(ATTN: UPDATES with PM Han's remarks in paras 3-6; TRIMS)
SEOUL, Aug. 6 (Yonhap) -- Gwanghwamun Square, a major landmark in central Seoul, opened to the public Saturday after nearly two years of renovation.
The square, which has been expanded and partially refurbished into a park, opened to the public at 11 a.m., according to the Seoul city government.
At a ceremony celebrating the opening, Prime Minister Han Duck-soo raised hopes that the square will become a tourist attraction not only for Korean citizens but for people from around the world.
"The area linking Gwanghawmun Square, Gyeongbok Palace and Cheong Wa Dae is a center of our long history, brilliant culture and democratization," Han said in a congratulatory message.
"I anticipate that along with Cheong Wa Dae that has returned to citizens, the square will become a tourist attraction to be frequented by world people," he added.
The former presidential office of Cheong Wa Dae opened to the public in May as the office of President Yoon Suk-yeol was set up at Seoul's central district of Yongsan.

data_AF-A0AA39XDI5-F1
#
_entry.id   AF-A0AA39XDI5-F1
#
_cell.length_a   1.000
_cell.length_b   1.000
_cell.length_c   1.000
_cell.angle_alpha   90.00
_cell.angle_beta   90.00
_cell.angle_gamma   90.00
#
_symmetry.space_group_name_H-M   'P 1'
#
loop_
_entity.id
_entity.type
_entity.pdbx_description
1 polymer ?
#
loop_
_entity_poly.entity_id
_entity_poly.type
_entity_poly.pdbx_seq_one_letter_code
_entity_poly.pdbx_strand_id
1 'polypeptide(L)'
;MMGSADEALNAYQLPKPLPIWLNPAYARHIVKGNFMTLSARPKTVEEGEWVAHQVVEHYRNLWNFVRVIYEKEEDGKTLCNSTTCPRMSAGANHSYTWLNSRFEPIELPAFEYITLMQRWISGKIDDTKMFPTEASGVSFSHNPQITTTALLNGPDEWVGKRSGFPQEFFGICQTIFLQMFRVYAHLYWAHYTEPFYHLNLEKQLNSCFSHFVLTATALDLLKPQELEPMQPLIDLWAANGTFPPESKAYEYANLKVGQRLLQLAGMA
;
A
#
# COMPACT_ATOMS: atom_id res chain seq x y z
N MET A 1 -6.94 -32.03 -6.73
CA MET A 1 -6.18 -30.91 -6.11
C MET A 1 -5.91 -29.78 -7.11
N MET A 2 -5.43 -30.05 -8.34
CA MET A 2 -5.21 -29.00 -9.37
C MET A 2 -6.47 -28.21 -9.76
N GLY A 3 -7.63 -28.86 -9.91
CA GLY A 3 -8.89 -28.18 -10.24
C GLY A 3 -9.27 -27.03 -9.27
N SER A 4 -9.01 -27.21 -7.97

Construction began in November 2020 to expand the square with new historical and cultural attractions.
The square is now 2.1 times larger than before at 40,300 square meters after an adjacent road that had been located to its west was covered.
Over 5,000 trees have been planted across the square, with around a quarter of it covered by greenery.
A performance spot has also been installed in front of the Sejong Center for the Performing Arts.
The square also includes a new 40-meter-long tunnel fountain as well as a 53-meter media wall near the Sejong Center.
An opening ceremony took place later in the day, with a performance by a civic orchestra, followed by various popular artists.
Yoon to mark first 100 days in office amid unusually low approval ratings
Samsung's Lee expected to solidify leadership, step up biz activities after receiving pardon
Renewed THAAD row heralds bumpy ride ahead for Yoon's China policy
S. Korea turns to traditional deterrence playbook
Former, current governments clash head-on over repatriation of N.K. fishermen